Tabish Khan loves art and visits hundreds of exhibitions a year. But every now and then he comes across something in the art world that doesn’t meet his approval.
Unless you’ve been hiding under a rock for the last few weeks you will have seen that the main art story has been a Banksy that shredded itself just as it was sold at auction in Sotheby’s. It eclipsed anything else that happened during Frieze week.
What’s been interesting to note is the mixed reactions from the ‘art world’ and the wider world.
The art world has been largely disparaging stating it was all a fix, that it was shameless self-publicity and that Banksy is just part of the system, as shredding his work has made it more valuable.
On the contrary, the reaction from the public has largely been full of praise. The work was on display at Sotheby’s over the weekend and I didn’t go see it because I didn’t fancy queuing in the rain. But clearly many people did as the pictures showed what looks to be over a hundred people in a queue that snaked up New Bond Street.
The idea of people queueing for a popular exhibition is not new, but for a single work is almost unheard of unless. Yes there have been queues for an immersive work such as a Kusama infinity room or a work by TeamLab, but for a single framed work I’ve only seen something similar for the record breaking Da Vinci Salvator Mundi.
Banksy’s works poke fun at the wider world of art and that’s why people love him. Ask the average person on the street and they think art and the prices it is sold for are ridiculous. Most people view this latest Banksy stunt as something that mocks the art world and most are happy to ignore the fact that he’s probably made a lot of money from the sale.
The usual reaction from people who deal in art is to sneer at this reaction and ridicule the ‘uneducated’ masses.
This isn’t a phenomenon limited to art. Think of how much the literary establishment hates on Dan Brown and yet his books are read by millions, or the Fast and the Furious franchise that always makes hundreds of millions with every iteration.
If you want an example closer to home then think Damien Hirst and how popular both his recent Venice show and his retrospective at Tate modern were, yet his strongest critics are within the art establishment.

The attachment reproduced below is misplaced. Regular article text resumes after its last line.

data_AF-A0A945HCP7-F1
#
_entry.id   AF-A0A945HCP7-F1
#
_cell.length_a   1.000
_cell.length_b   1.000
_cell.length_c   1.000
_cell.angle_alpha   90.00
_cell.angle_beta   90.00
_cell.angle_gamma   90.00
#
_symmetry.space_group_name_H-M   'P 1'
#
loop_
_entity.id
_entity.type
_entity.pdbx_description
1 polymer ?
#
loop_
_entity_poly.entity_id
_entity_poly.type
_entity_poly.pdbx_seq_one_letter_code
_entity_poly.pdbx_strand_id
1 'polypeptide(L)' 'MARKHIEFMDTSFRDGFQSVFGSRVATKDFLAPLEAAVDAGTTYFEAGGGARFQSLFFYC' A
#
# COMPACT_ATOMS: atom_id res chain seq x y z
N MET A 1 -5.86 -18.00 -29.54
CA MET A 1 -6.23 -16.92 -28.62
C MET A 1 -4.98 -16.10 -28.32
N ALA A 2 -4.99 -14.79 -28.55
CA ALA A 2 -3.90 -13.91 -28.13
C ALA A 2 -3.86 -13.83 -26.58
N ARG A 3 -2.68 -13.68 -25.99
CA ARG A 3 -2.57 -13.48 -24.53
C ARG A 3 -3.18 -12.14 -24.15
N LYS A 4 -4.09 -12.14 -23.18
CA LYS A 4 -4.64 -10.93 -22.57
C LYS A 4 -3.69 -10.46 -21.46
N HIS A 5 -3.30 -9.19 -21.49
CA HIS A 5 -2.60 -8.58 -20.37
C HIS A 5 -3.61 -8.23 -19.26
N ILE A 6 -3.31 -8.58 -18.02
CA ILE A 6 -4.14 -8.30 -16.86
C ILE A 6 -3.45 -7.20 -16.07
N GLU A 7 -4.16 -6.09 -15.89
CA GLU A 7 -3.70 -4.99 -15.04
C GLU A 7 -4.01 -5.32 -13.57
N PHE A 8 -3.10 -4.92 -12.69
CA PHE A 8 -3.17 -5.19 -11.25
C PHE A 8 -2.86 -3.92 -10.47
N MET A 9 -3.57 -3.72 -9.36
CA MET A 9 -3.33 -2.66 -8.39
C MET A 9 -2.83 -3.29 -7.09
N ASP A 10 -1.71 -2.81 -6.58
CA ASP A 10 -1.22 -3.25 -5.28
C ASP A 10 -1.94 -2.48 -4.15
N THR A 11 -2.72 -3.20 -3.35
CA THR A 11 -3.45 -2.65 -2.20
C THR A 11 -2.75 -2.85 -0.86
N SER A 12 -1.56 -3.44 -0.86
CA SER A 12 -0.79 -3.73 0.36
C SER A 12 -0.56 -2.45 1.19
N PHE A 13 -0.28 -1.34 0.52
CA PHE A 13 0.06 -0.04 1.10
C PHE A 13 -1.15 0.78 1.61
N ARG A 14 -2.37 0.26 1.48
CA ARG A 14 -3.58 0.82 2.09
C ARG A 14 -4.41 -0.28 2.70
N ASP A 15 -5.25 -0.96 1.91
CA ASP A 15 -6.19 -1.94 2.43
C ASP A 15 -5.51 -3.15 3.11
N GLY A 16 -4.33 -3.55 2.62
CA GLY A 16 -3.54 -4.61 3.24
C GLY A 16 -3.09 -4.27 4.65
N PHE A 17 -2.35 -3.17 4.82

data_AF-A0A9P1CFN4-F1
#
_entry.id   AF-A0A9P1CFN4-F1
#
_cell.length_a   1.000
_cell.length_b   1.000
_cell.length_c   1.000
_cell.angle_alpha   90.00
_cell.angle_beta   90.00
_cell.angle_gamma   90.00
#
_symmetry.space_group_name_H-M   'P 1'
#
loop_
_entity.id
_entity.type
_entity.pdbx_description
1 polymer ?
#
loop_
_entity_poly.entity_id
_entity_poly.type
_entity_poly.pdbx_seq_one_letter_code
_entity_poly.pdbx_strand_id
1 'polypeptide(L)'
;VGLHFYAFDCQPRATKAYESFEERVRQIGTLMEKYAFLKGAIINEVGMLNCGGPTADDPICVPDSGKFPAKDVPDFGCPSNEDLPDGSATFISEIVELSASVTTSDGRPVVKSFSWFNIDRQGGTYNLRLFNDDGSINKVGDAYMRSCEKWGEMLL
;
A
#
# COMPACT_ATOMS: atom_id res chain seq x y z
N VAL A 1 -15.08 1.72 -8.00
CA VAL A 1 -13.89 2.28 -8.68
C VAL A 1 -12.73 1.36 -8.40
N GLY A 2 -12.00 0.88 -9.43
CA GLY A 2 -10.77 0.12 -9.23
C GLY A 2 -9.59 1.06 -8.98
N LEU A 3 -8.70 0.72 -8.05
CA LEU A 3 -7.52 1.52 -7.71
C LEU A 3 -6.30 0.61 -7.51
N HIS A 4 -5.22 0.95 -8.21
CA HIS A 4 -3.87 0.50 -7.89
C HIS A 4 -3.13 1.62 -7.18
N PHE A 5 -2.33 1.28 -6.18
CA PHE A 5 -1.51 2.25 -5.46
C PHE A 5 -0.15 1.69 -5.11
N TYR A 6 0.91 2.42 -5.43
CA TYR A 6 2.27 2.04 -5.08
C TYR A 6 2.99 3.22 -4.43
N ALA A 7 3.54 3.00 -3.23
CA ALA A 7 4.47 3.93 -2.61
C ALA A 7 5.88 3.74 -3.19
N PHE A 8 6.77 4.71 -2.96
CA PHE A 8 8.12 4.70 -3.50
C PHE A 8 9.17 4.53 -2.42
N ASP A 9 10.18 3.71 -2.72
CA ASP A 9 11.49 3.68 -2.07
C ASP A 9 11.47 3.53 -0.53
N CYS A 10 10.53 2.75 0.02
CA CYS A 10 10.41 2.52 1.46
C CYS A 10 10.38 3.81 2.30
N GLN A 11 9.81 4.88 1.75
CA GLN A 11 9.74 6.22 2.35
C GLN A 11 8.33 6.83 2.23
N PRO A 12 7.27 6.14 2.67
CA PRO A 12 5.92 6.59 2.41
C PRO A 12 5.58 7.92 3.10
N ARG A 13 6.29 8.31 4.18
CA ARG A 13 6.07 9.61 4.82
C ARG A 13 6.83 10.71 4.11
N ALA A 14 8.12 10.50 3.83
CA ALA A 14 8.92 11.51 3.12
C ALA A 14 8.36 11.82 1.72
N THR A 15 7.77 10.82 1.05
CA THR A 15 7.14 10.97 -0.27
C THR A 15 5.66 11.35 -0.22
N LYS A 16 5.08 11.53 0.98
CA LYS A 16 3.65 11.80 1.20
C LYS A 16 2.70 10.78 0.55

‘Experts’ dismissing those who ‘don’t know any better’ is one of the causes behind Brexit after all, and we’re still feeling the effects of that decision – and arguably will be for the next decade if not more.
Whether you like Banksy’s latest stunt or not, there’s no denying he engages with the public beyond the borders of the art world. Ultimately that’s what I want to do as a writer and Banksy is doing a much better job of it than I ever will.
The irony is there’s many people who work in art who will tell you that ‘art is for everyone’ and yet they’ll happily dismiss anything that has popular appeal. Then they’ll scratch their heads as to why more people don’t engage with art.
Banksy knows what the people want and is getting more people to engage with art, and for that he should be praised rather than dismissed.
For more in this series, see my thoughts on #FriezeWeek, Blockchain hype, Finding art, Private views, Art itself, Appointment only exhibitions, Artificial Intelligence replacing artists, Everyone’s a Critic, Photo London, The Turner Prize, Art for art’s sake, Conceptual art is complicated, Condo, How performance art is presented in museums, Frieze week floozies, too much respect for an artist’s legacy, opinions not being welcome, an exhibition across three countries, tackling race and gender in art, artist-curators, art fair hype, top 5s and top 10s, our political art is terrible, gap left by Brian Sewell, how art never learned from the Simpsons, why artspeak won’t die, so-called reviews, bad reviews are bad for business, the $179m dollar headline, art fairs appealing to the masses, false opening hours, size matters and what’s wrong with video art.
Image courtesy Sotheby’s.